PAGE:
The LiP last for 10 years easily. Yes itís expensive but you can draw them down to 0 vrs 50%. They weigh half as much, take charge even faster than AGM. Have 3-5000 cycles compared to 1000 AGM or 400 wet cell. The price will drop as mass production starts.

Battery capacity because of Teslaís innovations is going through a paradigm shift. The batteries of yesteryear are quickly becoming dinosaurs. Even the solar cells are seeing dramatic innovations.

Using fossil fuels for energy will get more and more scare as America and the world retools itself to electric.

Last year the first where I saw a trickle of sailboat diesel engines being replaced by electric ones with small generators and solar charging.
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Old 10-17-2020, 11:51 AM   #80
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Again, an apple to oranges comparison.

How many propane filling stations do you come across while sailing the world? I'd venture to say very few. The weight capacity of any reasonable sized boat as far as batteries will well outnumber the load capacity of an already overloaded RV. And solar is about the same capacity as a very small RV so while that might be a close match, propane is just not stored on a boat or available at any port, so you are pretty much "sunk" even if you wanted a propane fridge and you are stuck "amp packing" or converting petro to chemical energy and thus you are still relying totally on fossil fuels, only the liquid kind instead of gas.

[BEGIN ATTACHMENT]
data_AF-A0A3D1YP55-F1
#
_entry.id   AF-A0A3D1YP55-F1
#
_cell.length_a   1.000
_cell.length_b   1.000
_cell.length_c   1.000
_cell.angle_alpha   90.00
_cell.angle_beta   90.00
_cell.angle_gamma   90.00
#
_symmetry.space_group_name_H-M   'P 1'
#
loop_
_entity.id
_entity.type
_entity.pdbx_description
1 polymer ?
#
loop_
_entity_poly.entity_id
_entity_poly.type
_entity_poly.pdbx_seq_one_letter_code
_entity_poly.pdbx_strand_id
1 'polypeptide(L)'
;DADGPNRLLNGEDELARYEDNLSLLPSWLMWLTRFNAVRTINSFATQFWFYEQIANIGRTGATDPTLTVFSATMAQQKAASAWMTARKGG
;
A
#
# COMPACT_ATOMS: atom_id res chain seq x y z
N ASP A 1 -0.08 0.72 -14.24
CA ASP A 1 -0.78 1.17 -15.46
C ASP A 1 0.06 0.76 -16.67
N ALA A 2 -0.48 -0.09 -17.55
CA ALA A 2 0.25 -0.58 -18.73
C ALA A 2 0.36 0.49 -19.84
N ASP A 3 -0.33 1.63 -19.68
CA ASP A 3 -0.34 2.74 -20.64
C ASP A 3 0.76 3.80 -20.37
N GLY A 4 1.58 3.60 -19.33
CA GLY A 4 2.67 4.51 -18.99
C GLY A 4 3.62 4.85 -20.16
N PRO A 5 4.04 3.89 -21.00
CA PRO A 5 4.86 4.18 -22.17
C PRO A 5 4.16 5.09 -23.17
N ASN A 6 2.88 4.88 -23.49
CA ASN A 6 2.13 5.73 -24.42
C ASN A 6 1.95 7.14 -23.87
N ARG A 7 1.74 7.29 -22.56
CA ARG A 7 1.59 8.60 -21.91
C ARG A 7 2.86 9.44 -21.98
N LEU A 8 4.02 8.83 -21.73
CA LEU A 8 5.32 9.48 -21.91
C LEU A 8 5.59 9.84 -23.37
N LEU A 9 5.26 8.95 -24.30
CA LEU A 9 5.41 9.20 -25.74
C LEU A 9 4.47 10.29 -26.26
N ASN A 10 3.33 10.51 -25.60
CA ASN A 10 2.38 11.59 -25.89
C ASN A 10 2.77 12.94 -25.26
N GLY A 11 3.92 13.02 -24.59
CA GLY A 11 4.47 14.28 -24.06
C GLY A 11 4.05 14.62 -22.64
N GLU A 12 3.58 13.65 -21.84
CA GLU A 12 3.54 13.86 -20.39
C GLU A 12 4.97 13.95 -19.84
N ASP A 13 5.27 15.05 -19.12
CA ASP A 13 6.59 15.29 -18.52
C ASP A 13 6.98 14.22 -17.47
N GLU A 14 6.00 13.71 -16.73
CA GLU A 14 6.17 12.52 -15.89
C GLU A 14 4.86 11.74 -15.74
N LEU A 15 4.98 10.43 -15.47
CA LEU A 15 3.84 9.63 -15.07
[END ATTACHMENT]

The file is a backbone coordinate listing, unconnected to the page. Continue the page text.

Other reasons you might shy away from propane on the boat:
https://www.boatus.com/app/views/201812/how-to-handle-propane-on-a-boat.asp
The reason I mentioned this is because the 12 volt 120 volt worked well with a four battery bank. I realize most boats don't have propane but actually some do, it's stored in outside lockers vented below the floor due to the gas being heavier than air. I wish I had a three way in the coach, it would be handy for those tunnels which require the propane to be turned off and also when the onboard tank depletes.
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Old 10-17-2020, 02:46 PM   #81
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I have a class B with an electric fridge and love it. Always on, and I never have to think about it. It draws about 2 to 3 amps. That's it. It really depends on what your battery situation is. The best case scenario is that you have at least 400amp lithium and maybe a solar panel or two with a generator or second alternator for charging. I have 500 amps and the 2nd alternator. I just never have to worry about power...or a cold beer.